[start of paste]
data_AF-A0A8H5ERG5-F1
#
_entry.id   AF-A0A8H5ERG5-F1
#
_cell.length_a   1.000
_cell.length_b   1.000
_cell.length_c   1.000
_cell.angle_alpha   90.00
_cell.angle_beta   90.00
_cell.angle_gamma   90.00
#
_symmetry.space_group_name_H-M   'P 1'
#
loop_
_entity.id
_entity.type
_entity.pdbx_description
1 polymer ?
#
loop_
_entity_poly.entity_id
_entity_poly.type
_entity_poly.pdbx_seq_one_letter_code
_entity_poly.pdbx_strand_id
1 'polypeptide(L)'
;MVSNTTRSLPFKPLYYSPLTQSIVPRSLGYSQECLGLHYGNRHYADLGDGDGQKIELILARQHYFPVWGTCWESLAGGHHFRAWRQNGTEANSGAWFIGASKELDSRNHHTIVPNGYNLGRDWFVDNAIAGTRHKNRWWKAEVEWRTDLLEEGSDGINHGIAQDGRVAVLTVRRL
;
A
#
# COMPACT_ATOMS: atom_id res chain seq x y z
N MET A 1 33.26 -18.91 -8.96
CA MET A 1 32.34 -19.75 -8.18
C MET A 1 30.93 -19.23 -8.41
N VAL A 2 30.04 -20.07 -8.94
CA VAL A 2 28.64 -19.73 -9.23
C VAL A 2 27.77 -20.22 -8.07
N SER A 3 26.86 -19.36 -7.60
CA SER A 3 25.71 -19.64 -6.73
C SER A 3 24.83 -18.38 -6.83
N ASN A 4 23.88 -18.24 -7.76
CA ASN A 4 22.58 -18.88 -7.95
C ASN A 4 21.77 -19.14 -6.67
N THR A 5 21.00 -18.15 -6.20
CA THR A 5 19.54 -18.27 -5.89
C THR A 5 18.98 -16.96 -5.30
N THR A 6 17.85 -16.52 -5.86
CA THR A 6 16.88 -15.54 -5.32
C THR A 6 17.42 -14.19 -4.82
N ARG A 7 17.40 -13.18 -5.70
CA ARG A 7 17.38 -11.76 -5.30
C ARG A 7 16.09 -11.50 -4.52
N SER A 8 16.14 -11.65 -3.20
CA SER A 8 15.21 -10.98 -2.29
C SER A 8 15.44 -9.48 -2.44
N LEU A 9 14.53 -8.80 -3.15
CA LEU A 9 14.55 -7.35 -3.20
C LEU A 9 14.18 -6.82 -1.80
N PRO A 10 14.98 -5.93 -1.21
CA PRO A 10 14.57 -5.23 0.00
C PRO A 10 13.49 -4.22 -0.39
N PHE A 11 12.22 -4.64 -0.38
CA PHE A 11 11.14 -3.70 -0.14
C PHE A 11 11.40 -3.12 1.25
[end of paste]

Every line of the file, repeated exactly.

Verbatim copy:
data_AF-A0A8H5ERG5-F1
#
_entry.id   AF-A0A8H5ERG5-F1
#
_cell.length_a   1.000
_cell.length_b   1.000
_cell.length_c   1.000
_cell.angle_alpha   90.00
_cell.angle_beta   90.00
_cell.angle_gamma   90.00
#
_symmetry.space_group_name_H-M   'P 1'
#
loop_
_entity.id
_entity.type
_entity.pdbx_description
1 polymer ?
#
loop_
_entity_poly.entity_id
_entity_poly.type
_entity_poly.pdbx_seq_one_letter_code
_entity_poly.pdbx_strand_id
1 'polypeptide(L)'
;MVSNTTRSLPFKPLYYSPLTQSIVPRSLGYSQECLGLHYGNRHYADLGDGDGQKIELILARQHYFPVWGTCWESLAGGHHFRAWRQNGTEANSGAWFIGASKELDSRNHHTIVPNGYNLGRDWFVDNAIAGTRHKNRWWKAEVEWRTDLLEEGSDGINHGIAQDGRVAVLTVRRL
;
A
#
# COMPACT_ATOMS: atom_id res chain seq x y z
N MET A 1 33.26 -18.91 -8.96
CA MET A 1 32.34 -19.75 -8.18
C MET A 1 30.93 -19.23 -8.41
N VAL A 2 30.04 -20.07 -8.94
CA VAL A 2 28.64 -19.73 -9.23
C VAL A 2 27.77 -20.22 -8.07
N SER A 3 26.86 -19.36 -7.60
CA SER A 3 25.71 -19.64 -6.73
C SER A 3 24.83 -18.38 -6.83
N ASN A 4 23.88 -18.24 -7.76
CA ASN A 4 22.58 -18.88 -7.95
C ASN A 4 21.77 -19.14 -6.67
N THR A 5 21.00 -18.15 -6.20
CA THR A 5 19.54 -18.27 -5.89
C THR A 5 18.98 -16.96 -5.30
N THR A 6 17.85 -16.52 -5.86
CA THR A 6 16.88 -15.54 -5.32
C THR A 6 17.42 -14.19 -4.82
N ARG A 7 17.40 -13.18 -5.70
CA ARG A 7 17.38 -11.76 -5.30
C ARG A 7 16.09 -11.50 -4.52
N SER A 8 16.14 -11.65 -3.20
CA SER A 8 15.21 -10.98 -2.29
C SER A 8 15.44 -9.48 -2.44
N LEU A 9 14.53 -8.80 -3.15
CA LEU A 9 14.55 -7.35 -3.20
C LEU A 9 14.18 -6.82 -1.80
N PRO A 10 14.98 -5.93 -1.21
CA PRO A 10 14.57 -5.23 0.00
C PRO A 10 13.49 -4.22 -0.39
N PHE A 11 12.22 -4.64 -0.38
CA PHE A 11 11.14 -3.70 -0.14
C PHE A 11 11.40 -3.12 1.25